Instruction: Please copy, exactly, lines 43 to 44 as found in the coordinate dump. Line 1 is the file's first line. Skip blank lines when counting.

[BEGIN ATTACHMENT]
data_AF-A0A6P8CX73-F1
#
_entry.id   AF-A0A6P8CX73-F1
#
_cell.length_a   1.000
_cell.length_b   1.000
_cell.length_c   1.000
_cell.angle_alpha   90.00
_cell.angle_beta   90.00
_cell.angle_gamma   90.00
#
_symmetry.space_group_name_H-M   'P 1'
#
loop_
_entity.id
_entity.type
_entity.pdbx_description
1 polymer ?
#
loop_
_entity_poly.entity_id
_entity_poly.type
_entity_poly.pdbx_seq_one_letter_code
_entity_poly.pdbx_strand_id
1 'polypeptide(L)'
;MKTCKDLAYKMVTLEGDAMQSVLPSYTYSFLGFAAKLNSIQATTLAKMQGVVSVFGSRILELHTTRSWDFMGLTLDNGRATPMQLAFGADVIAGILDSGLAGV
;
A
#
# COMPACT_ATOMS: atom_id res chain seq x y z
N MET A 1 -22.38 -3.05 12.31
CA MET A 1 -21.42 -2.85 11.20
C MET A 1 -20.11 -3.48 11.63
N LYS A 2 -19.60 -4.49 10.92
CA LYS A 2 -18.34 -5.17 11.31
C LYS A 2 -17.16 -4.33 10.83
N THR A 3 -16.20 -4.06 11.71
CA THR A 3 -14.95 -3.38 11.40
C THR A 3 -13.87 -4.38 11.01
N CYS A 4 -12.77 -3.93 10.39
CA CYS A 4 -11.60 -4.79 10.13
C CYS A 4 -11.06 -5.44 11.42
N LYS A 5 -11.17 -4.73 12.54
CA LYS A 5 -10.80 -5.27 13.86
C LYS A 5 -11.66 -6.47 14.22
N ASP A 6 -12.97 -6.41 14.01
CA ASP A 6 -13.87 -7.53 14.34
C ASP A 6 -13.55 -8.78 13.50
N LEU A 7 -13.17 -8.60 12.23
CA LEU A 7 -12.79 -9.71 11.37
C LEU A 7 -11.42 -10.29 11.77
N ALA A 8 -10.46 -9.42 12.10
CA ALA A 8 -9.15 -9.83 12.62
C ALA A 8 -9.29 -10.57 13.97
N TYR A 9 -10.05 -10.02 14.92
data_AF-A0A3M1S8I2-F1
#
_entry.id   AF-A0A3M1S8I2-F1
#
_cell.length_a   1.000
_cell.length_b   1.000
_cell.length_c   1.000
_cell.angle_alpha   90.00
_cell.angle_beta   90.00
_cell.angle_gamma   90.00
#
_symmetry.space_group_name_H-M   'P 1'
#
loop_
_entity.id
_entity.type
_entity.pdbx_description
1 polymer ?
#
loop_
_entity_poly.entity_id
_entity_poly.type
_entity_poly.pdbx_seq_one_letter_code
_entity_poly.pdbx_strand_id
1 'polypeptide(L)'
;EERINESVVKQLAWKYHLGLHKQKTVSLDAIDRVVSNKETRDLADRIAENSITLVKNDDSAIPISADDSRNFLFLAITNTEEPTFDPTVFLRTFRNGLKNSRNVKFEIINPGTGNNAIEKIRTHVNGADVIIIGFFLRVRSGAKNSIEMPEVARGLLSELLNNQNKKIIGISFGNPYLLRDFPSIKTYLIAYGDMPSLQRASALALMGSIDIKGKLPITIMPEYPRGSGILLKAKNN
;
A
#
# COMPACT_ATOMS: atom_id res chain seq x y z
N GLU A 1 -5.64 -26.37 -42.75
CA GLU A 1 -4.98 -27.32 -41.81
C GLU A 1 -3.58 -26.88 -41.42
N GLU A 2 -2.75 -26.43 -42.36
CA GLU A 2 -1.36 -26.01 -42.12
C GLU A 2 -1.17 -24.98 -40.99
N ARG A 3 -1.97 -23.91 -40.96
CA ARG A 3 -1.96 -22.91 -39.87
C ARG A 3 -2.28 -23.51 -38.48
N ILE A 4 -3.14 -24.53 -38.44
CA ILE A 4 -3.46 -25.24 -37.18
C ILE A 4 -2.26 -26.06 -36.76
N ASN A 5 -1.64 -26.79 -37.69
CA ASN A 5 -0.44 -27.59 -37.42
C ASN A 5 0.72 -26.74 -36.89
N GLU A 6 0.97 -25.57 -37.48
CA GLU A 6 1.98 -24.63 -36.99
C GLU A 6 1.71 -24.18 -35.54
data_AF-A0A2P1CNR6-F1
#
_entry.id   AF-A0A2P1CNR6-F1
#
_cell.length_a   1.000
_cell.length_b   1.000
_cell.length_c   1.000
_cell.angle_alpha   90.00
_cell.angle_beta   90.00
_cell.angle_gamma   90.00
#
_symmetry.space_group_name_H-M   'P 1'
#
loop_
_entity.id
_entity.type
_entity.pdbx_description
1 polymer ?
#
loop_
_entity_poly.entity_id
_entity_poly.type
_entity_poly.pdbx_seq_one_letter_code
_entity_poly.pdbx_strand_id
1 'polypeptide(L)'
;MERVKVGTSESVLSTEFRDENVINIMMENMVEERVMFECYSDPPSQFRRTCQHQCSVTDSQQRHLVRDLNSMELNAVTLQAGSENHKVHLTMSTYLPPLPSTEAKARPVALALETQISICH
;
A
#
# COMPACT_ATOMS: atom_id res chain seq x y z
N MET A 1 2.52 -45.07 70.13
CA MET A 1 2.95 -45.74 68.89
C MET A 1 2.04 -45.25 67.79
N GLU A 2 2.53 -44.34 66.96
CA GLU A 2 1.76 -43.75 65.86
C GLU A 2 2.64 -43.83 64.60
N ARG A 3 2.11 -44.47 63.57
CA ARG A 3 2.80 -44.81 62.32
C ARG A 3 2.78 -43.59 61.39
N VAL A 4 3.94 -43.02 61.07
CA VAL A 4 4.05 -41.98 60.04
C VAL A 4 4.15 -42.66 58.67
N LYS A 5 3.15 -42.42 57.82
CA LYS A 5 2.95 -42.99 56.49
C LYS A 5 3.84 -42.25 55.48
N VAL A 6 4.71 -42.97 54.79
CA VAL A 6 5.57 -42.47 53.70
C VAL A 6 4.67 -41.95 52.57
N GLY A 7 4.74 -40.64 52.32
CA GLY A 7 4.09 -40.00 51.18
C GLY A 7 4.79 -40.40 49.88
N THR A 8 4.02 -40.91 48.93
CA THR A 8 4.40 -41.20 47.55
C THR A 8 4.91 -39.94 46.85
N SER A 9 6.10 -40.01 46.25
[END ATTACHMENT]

N LYS A 5 -11.17 -4.73 12.54
CA LYS A 5 -10.80 -5.27 13.86